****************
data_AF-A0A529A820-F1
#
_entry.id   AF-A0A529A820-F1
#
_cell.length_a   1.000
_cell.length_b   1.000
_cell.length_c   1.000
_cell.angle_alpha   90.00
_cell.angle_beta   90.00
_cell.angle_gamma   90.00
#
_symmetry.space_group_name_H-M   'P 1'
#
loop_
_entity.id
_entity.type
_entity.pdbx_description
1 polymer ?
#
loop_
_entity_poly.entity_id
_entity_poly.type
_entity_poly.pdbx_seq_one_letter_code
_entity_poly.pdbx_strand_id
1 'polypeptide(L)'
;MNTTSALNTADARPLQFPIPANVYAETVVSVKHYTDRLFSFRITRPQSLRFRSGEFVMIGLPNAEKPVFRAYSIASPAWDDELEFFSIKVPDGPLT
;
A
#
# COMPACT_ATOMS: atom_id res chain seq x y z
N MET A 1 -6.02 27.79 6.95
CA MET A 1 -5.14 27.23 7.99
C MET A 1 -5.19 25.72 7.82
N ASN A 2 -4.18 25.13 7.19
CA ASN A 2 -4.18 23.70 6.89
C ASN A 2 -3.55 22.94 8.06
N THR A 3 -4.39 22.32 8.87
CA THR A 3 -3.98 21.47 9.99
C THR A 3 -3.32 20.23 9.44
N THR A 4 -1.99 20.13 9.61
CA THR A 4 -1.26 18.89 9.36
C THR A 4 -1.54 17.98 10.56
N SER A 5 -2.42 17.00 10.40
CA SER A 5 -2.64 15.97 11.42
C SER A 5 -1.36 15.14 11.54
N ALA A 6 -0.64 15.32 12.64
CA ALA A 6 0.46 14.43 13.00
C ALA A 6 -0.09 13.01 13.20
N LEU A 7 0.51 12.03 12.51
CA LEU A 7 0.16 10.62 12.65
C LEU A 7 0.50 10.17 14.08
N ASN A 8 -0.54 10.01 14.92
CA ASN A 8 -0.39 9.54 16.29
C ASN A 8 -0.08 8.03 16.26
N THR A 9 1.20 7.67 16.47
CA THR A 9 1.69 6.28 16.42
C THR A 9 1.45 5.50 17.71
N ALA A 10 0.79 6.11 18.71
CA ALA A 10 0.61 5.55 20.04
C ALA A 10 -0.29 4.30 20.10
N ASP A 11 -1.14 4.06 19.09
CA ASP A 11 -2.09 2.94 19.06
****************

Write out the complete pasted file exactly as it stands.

data_AF-A0A529A820-F1
#
_entry.id   AF-A0A529A820-F1
#
_cell.length_a   1.000
_cell.length_b   1.000
_cell.length_c   1.000
_cell.angle_alpha   90.00
_cell.angle_beta   90.00
_cell.angle_gamma   90.00
#
_symmetry.space_group_name_H-M   'P 1'
#
loop_
_entity.id
_entity.type
_entity.pdbx_description
1 polymer ?
#
loop_
_entity_poly.entity_id
_entity_poly.type
_entity_poly.pdbx_seq_one_letter_code
_entity_poly.pdbx_strand_id
1 'polypeptide(L)'
;MNTTSALNTADARPLQFPIPANVYAETVVSVKHYTDRLFSFRITRPQSLRFRSGEFVMIGLPNAEKPVFRAYSIASPAWDDELEFFSIKVPDGPLT
;
A
#
# COMPACT_ATOMS: atom_id res chain seq x y z
N MET A 1 -6.02 27.79 6.95
CA MET A 1 -5.14 27.23 7.99
C MET A 1 -5.19 25.72 7.82
N ASN A 2 -4.18 25.13 7.19
CA ASN A 2 -4.18 23.70 6.89
C ASN A 2 -3.55 22.94 8.06
N THR A 3 -4.39 22.32 8.87
CA THR A 3 -3.98 21.47 9.99
C THR A 3 -3.32 20.23 9.44
N THR A 4 -1.99 20.13 9.61
CA THR A 4 -1.26 18.89 9.36
C THR A 4 -1.54 17.98 10.56
N SER A 5 -2.42 17.00 10.40
CA SER A 5 -2.64 15.97 11.42
C SER A 5 -1.36 15.14 11.54
N ALA A 6 -0.64 15.32 12.64
CA ALA A 6 0.46 14.43 13.00
C ALA A 6 -0.09 13.01 13.20
N LEU A 7 0.51 12.03 12.51
CA LEU A 7 0.16 10.62 12.65
C LEU A 7 0.50 10.17 14.08
N ASN A 8 -0.54 10.01 14.92
CA ASN A 8 -0.39 9.54 16.29
C ASN A 8 -0.08 8.03 16.26
N THR A 9 1.20 7.67 16.47
CA THR A 9 1.69 6.28 16.42
C THR A 9 1.45 5.50 17.71
N ALA A 10 0.79 6.11 18.71
CA ALA A 10 0.61 5.55 20.04
C ALA A 10 -0.29 4.30 20.10
N ASP A 11 -1.14 4.06 19.09
CA ASP A 11 -2.09 2.94 19.06